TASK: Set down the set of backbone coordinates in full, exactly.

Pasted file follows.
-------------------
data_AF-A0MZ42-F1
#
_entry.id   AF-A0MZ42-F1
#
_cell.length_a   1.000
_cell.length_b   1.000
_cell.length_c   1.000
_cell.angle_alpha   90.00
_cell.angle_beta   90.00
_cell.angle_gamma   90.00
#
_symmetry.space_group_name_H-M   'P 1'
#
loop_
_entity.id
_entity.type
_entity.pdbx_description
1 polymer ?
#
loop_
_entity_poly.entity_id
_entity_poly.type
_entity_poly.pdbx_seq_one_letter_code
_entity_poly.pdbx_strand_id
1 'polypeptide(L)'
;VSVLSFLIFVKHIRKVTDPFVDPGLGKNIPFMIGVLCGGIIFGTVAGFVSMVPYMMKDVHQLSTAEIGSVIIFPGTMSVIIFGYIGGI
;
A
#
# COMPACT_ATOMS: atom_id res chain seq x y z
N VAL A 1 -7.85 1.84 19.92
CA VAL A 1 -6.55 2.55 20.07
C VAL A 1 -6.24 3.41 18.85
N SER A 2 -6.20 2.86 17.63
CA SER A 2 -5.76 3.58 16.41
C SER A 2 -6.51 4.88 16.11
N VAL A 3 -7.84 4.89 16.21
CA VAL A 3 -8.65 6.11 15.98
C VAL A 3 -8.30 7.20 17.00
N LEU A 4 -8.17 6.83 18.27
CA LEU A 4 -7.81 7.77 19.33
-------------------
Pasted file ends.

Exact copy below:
data_AF-A0MZ42-F1
#
_entry.id   AF-A0MZ42-F1
#
_cell.length_a   1.000
_cell.length_b   1.000
_cell.length_c   1.000
_cell.angle_alpha   90.00
_cell.angle_beta   90.00
_cell.angle_gamma   90.00
#
_symmetry.space_group_name_H-M   'P 1'
#
loop_
_entity.id
_entity.type
_entity.pdbx_description
1 polymer ?
#
loop_
_entity_poly.entity_id
_entity_poly.type
_entity_poly.pdbx_seq_one_letter_code
_entity_poly.pdbx_strand_id
1 'polypeptide(L)'
;VSVLSFLIFVKHIRKVTDPFVDPGLGKNIPFMIGVLCGGIIFGTVAGFVSMVPYMMKDVHQLSTAEIGSVIIFPGTMSVIIFGYIGGI
;
A
#
# COMPACT_ATOMS: atom_id res chain seq x y z
N VAL A 1 -7.85 1.84 19.92
CA VAL A 1 -6.55 2.55 20.07
C VAL A 1 -6.24 3.41 18.85
N SER A 2 -6.20 2.86 17.63
CA SER A 2 -5.76 3.58 16.41
C SER A 2 -6.51 4.88 16.11
N VAL A 3 -7.84 4.89 16.21
CA VAL A 3 -8.65 6.11 15.98
C VAL A 3 -8.30 7.20 17.00
N LEU A 4 -8.17 6.83 18.27
CA LEU A 4 -7.81 7.77 19.33